Before leaving the house, we made sure to fill up the radiator and bring along two plastic gallon jugs of water. The small-sized leak had grown to a large one and we hoped that we’d only have to stop once on our trip back to Albuquerque to fill it up.

As we pulled out of the pharmacy with Greg’s medications, the car was filled to the brim. In it was my keyboard and cords, my backpack full of clothes and music merchandise, Greg’s suitcase, a bag full of his prescriptions, and a vintage amp we had borrowed from Greg’s stepfather Jerry. The amp was especially valuable because Jerry was a well-known cowboy-poet, singer-songwriter, and musician who had once taught Bob Dylan to play guitar licks in the early 60s.

There was only one main interstate between Santa Fe and Albuquerque; a 65-mile-long stretch with two lanes on either side. We lurched down the road watching the temperature gauge. When the needle started pointing toward the red, the plan was to pull off in the first place we could.

Nervously we sped down I25. I was behind the wheel and Greg was piled in the corner of the passenger side. I hoped his drugs would kick in soon. We were about halfway, beyond La Cienega but not yet near Budaghers, when the temperature gauge climbed very fast.

It was above the ‘H’ and solidly sticking in the red when I saw the engine start smoking.

I looked at Greg and said, ”We gotta pull over, dude.”

He glanced back sullenly and silently at me. Black smoke began emanating from the car.

“Seriously, Greg. Now. I’m pulling off. This is bad.”

There was nowhere close, so I pulled off on the shoulder of the interstate. Cars whizzed past and a few honked. I got out already sweating. I hovered over the hood of the car and when I looked down the paint was bubbling.

Holy shit.

Burning flame streaking to the right

Photo by Omar Belattar

I yelled, “Get the fuck out of the car, Greg! Get out now! The car’s on fire!!”

As Greg stumbled out of the passenger door, he was wide-eyed. I ran to the back of the car where the back glass had just been replaced, opened it, and pried my heavy keyboard in its case out onto the dusty desert ground. It weighed the same as four guitars combined. I frantically rolled it out on its tiny wheels through the scrub brush leaving it 100 yards from the car.

As I ran back for more of our things, I passed by Greg. “What’s going on?” he asked looking scared and confused.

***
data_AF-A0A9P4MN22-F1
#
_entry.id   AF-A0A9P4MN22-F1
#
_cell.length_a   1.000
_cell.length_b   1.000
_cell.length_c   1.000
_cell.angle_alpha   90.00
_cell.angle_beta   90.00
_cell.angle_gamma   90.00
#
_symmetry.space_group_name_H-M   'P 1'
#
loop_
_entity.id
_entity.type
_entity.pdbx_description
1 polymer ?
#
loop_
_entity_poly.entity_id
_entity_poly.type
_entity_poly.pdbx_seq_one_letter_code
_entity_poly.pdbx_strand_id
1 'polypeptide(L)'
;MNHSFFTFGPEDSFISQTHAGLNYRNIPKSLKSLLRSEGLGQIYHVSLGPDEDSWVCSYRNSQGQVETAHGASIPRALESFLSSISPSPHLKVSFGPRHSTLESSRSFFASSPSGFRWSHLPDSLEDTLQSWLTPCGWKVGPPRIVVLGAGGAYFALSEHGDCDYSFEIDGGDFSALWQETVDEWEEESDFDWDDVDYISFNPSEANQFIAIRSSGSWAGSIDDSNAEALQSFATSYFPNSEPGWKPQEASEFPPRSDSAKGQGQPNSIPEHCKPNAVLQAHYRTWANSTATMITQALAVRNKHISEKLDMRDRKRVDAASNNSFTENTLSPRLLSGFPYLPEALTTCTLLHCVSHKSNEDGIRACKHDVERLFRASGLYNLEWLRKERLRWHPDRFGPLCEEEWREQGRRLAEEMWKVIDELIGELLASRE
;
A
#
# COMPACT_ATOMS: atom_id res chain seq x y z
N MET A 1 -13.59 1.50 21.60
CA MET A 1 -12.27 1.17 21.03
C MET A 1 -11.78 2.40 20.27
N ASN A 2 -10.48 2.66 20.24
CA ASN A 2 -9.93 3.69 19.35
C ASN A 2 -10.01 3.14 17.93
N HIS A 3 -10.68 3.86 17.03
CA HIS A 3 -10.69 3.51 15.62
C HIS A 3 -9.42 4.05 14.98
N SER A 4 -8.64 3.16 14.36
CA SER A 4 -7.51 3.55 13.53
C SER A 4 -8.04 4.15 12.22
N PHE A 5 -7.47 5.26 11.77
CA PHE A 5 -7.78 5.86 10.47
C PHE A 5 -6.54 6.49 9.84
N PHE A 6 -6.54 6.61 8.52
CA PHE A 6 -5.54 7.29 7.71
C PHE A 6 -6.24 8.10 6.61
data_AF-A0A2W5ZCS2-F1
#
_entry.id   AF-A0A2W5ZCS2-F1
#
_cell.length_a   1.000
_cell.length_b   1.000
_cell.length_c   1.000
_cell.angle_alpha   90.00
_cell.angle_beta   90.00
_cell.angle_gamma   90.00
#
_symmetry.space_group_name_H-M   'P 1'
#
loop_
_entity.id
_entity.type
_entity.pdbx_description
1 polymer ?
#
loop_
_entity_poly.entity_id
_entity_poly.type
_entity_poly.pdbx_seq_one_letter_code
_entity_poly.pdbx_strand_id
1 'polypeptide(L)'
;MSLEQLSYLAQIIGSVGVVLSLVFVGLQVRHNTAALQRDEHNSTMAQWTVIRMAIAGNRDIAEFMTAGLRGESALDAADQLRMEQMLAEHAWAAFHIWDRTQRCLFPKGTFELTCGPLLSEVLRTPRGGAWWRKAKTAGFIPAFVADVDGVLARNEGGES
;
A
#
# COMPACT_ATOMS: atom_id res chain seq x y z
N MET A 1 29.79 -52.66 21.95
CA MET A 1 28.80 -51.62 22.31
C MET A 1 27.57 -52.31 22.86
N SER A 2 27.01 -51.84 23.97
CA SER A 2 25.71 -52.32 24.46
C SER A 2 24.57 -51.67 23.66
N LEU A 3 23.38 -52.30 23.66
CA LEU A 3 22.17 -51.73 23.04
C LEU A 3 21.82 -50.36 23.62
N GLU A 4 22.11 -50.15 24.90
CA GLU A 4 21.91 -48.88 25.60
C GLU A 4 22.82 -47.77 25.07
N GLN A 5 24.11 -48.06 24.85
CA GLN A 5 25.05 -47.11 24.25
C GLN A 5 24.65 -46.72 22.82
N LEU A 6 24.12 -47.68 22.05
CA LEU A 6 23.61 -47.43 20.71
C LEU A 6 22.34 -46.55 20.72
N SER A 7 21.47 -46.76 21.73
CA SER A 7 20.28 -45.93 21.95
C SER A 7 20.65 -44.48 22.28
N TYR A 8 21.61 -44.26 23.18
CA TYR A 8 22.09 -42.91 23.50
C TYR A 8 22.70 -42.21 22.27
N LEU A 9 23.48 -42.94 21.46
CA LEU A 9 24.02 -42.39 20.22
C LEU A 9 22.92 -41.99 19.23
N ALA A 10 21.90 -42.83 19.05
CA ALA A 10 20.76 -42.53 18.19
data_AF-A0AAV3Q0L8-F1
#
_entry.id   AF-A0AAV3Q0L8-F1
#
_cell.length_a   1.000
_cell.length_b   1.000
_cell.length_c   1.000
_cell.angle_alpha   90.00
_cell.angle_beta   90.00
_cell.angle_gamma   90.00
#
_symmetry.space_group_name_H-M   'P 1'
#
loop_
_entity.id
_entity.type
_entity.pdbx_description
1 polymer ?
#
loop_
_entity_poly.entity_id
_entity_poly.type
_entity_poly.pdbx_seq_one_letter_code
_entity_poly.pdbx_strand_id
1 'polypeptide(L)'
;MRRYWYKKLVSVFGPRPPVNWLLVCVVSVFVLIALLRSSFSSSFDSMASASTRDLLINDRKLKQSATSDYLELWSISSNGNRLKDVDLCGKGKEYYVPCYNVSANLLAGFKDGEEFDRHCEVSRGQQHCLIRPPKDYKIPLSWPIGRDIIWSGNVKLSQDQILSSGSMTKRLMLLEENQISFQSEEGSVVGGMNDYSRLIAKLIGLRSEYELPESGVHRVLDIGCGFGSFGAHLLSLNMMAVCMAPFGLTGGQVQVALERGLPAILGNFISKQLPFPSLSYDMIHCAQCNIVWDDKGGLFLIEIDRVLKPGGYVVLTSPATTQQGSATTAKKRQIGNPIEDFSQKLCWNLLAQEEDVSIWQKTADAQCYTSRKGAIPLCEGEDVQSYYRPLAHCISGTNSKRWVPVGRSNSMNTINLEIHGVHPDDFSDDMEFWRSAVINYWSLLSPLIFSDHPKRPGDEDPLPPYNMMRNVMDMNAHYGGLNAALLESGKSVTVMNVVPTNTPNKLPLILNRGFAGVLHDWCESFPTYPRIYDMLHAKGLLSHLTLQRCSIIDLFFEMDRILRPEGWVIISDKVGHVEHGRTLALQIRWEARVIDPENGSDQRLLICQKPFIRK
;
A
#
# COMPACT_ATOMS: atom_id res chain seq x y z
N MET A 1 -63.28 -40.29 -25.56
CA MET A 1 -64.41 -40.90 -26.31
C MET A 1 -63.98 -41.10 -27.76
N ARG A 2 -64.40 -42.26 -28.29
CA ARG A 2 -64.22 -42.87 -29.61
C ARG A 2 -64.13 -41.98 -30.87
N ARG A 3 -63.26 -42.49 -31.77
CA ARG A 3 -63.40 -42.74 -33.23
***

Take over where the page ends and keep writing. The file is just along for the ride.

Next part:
“Fire, man! Fire! Just run!” was all I could exclaim.

My shirt was now sopping wet with perspiration and I thought, fuck me fuck me fuck me. The car’s going to explode. Any. Moment.

I pulled Jerry’s vintage amp out, threw my heavy backpack over one shoulder, and carried them both out into the desert where Greg now sat on the ground mesmerized but safe near my music gear.

Then, I went back for Greg’s suitcase. The entire time thinking this car is going to blow up in my face. But I managed to get there and get back with Greg’s things before the first tire exploded.

BOOOF!! The radial blew out into the desert. Flames had reached all parts of the car and they were leaping high into the blue sky. Then another BOOOF!! Another tire exploded. Cars going in both directions on the interstate had now stopped and lines of cars began to gather in both directions for a half-mile.

Greg began to cry. I understood. Then, I remembered, I forgot to get his medication. All of it was gone now, consumed by fire.

We watched until Greg’s car was a smoldering wreck, a conflagration leaping skyward, smelling of oil, gas, and rubber in the heat. The two lines of cars stretched a mile or more now, and the smoke was thick and dark rising above us all.

During the long time that we watched the car burn, Greg called his stepfather on his cellphone. Somehow, Jerry arrived before the fire trucks, driving down the shoulder. When the firemen and police arrived, Greg gave a brief report to them. Then, we loaded everything into Jerry’s car and left in a pile of stink, chalky desert, and sweat. The smoke still rising in the distance behind us.

We went back to Santa Fe and I missed my gig that night. Instead, we sucked down many margaritas at a hotel bar.

We did eventually acquire more medication for Greg but further drama ensued when we got back to Albuquerque. He was hit by a bicyclist while walking and ended up on his back, slightly injured, and screaming in the street. A high-pitched shrieking banshee, naked except for a dirty tee-shirt.

Later my own fuse blew. I became a broken toddler, throwing spaghetti and red sauce at the white walls of Greg’s apartment. Then I ran off to a strange corner of the city with a random woman from Alabama I’d briefly met at one of my shows.

Despite everything, Greg and I remained friends and are still good friends today.

My first tour performing in New Mexico inspired the creation of an album that people still tell me they love. It also nearly incinerated my friend and me. We created and we destroyed, like mischievous spirits in the mysterious desert.